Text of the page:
Albanian Prime Minister Edi Rama has replaced eight of the 14 members of the cabinet in an unexpected government reshuffle amid mass student protests.
Students started protesting in early December, calling for a list of eight demands to be fulfilled, of which the chief ones are halving student tuition fees and doubling the budget for higher education. Another of the reasons for the student protests is alleged corruption in the education sector.
Rama announced the names of the new ministers on December 28 during his address at the assembly of his governing Socialist Party. Most of the ministers that were sacked were well known politicians who served in the two Socialist-led governments, while the new ministers are mostly political unknowns.
He accused many ministers of failing due to their “inertia” as a result of the weak opposition; Albania’s main opposition party, the Democratic Party boycotted the parliament for months in 2018, only returning in late 2018 to support the student protesters.
“The lack of opposition has paralysed part of the senses and has reduced some of our responsive capabilities and leadership capacities,” the prime minister said according to a party statement.
In the ministry most immediately linked to the protests, Lindita Nikolla was sacked as education minister and replaced by her deputy Besa Shahini.
Rama also replaced deputy prime minister Senida Mesi with Erjon Brace, who will lead the implementation of a special programme to meet the students’ eight demands. Rama expects the document to be presented in the first weeks of January.
But the wide-reaching reshuffle extended well beyond the education sector. In two key changes, minister of foreign affairs Ditmir Bushati was replaced by Gent Cakaj, while the position of finance and economy minister Arben Ahmetaj was given to Anila Demaj.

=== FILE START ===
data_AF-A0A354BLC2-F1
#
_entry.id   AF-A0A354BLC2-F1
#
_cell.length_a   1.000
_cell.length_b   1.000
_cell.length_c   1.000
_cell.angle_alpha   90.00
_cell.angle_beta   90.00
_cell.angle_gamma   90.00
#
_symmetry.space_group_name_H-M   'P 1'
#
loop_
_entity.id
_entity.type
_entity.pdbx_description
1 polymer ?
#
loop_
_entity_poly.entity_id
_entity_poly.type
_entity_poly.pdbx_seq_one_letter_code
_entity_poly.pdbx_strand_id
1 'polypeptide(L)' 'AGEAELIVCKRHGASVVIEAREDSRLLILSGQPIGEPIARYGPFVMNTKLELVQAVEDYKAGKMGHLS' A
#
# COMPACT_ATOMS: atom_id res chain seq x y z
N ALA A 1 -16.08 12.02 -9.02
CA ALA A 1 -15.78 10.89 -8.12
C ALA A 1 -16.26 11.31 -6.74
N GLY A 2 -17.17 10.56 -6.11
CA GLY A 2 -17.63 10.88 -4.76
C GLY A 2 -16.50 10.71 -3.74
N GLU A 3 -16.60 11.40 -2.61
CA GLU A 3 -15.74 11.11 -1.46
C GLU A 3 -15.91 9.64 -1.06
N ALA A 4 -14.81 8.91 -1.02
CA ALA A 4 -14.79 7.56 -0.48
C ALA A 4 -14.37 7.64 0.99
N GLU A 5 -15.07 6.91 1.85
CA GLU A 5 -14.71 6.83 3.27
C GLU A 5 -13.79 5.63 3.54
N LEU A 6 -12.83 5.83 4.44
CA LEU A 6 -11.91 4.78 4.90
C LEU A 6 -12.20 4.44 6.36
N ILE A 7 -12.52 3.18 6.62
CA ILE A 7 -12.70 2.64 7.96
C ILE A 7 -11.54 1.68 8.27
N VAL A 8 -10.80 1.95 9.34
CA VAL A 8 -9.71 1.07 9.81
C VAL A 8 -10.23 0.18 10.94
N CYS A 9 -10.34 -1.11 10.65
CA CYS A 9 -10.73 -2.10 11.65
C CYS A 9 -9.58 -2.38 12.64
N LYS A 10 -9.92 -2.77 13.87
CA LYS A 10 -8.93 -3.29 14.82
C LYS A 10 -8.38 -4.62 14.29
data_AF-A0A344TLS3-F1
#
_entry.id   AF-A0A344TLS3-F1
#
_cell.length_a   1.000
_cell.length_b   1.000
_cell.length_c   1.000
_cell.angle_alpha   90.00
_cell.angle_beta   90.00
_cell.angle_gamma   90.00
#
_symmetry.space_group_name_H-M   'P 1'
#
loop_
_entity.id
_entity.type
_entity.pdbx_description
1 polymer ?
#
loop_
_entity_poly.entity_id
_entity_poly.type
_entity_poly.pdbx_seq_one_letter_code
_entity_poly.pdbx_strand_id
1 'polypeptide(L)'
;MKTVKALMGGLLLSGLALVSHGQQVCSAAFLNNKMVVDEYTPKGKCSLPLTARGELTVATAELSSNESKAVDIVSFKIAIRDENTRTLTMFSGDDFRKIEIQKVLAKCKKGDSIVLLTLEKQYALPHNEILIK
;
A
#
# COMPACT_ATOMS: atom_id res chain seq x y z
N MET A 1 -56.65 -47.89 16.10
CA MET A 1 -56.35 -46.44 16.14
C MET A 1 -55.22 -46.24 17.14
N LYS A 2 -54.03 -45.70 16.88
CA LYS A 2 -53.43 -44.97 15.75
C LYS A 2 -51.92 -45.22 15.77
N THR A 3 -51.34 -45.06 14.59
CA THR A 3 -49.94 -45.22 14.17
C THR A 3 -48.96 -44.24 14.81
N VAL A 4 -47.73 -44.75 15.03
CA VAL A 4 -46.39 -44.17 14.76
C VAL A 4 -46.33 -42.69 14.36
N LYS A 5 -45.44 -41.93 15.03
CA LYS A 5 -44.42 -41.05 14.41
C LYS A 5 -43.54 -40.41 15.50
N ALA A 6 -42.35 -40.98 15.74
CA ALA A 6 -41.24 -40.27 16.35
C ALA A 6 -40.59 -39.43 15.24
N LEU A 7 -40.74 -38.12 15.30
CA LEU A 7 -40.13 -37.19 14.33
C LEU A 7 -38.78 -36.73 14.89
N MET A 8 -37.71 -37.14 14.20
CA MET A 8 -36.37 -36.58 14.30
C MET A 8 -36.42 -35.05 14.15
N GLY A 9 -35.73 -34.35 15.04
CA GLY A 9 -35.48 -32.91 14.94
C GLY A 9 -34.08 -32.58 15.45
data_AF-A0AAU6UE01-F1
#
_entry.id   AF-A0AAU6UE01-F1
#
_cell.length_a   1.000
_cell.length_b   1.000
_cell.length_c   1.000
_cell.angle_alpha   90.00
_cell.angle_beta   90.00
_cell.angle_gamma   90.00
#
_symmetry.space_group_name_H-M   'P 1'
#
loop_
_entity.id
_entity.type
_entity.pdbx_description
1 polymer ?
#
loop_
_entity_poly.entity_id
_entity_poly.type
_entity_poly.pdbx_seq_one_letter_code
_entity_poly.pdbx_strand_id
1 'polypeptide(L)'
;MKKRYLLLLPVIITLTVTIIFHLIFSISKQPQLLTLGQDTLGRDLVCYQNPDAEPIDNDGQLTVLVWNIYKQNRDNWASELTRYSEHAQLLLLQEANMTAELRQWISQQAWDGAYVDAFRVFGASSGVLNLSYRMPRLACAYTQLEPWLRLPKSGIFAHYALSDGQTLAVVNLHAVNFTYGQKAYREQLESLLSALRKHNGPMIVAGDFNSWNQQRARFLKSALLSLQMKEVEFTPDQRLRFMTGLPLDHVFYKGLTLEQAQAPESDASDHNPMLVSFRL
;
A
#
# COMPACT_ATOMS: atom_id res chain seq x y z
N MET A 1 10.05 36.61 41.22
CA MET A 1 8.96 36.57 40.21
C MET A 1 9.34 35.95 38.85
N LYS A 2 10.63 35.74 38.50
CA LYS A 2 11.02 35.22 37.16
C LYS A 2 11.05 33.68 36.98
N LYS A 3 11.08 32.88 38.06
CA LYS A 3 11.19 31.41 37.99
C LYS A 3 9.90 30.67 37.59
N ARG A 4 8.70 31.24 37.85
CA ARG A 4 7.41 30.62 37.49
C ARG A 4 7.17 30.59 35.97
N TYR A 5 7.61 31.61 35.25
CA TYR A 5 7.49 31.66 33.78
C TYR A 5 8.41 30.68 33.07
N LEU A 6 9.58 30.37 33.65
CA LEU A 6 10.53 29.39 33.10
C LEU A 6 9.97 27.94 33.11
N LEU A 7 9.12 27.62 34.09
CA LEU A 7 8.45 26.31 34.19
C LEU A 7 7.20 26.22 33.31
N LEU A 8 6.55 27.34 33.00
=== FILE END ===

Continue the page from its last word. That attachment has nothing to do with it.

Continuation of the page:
Minister of infrastructure and energy Damian Gjiknuri was replaced by Belinda Balluku. Agriculture minister Niko Peleshi is succeeded by Blendi Cuci and culture minister Mirela Kumbaro by Elva Margariti.
Also among the changes was the appointment of Eduard Shalsi as the new minister of state for entrepreneurship, replacing Sonila Qato,
While Tourism Minister Blendi Klosi kept his job, Rama warned him achieve positive results by June 2019 if he is to avoid being sacked too.
Despite no longer holding top government positions, Rama said that the sacked ministers will be engaged in the pre-election campaign for the June 2019 municipal vote.
“Every member of the party's leadership will have to show results otherwise they will no longer be in the party's presidency,” Rama warned.
Rama looks ahead to third mandate
The student protests have clearly rattled Rama, who secured a second term as prime minister in the June 2017 general election, which saw his Socialists increase their majority enough to dispense with their former coalition partner the Socialist Movement for Integration (LSI).
The opposition Democratic Party, which also accuses the government of corruption and inefficiency, supported the students in their demands. Its MPs returned to the parliament in mid-December after a boycott lasting several months, saying the move was solely to support the students’ demands.
The student protests came on top of a separate series of protests by a group of Tirana residents opposed to the construction of the capital’s new ring road. Residents of the Astir district were involved in violent clashes with police at protests in November.
Rama confirmed that the situation in higher education is not good as many bylaws needed for the implementation of planned reforms were not made. Saying that education reforms are one of the deepest and most meaningful reforms that should be made, he talked of the problems in the education system as part of a wider failure to fully implement reforms across the board.
Yet during his speech to the Socialist Party, the prime minister described this as an opportunity to learn as the party looks ahead to securing a new mandate in the next general election.
“The students have given us the opportunity to learn what the way for obtaining a third mandate is,” Rama said, according to his party's statement.
Rama won his second mandate with an overwhelming majority in June 2017. The current Socialist-led government aims to lead the country towards the start of EU membership negotiations expected in June 2019.
Albania is expected to hold its next general election in June 2021.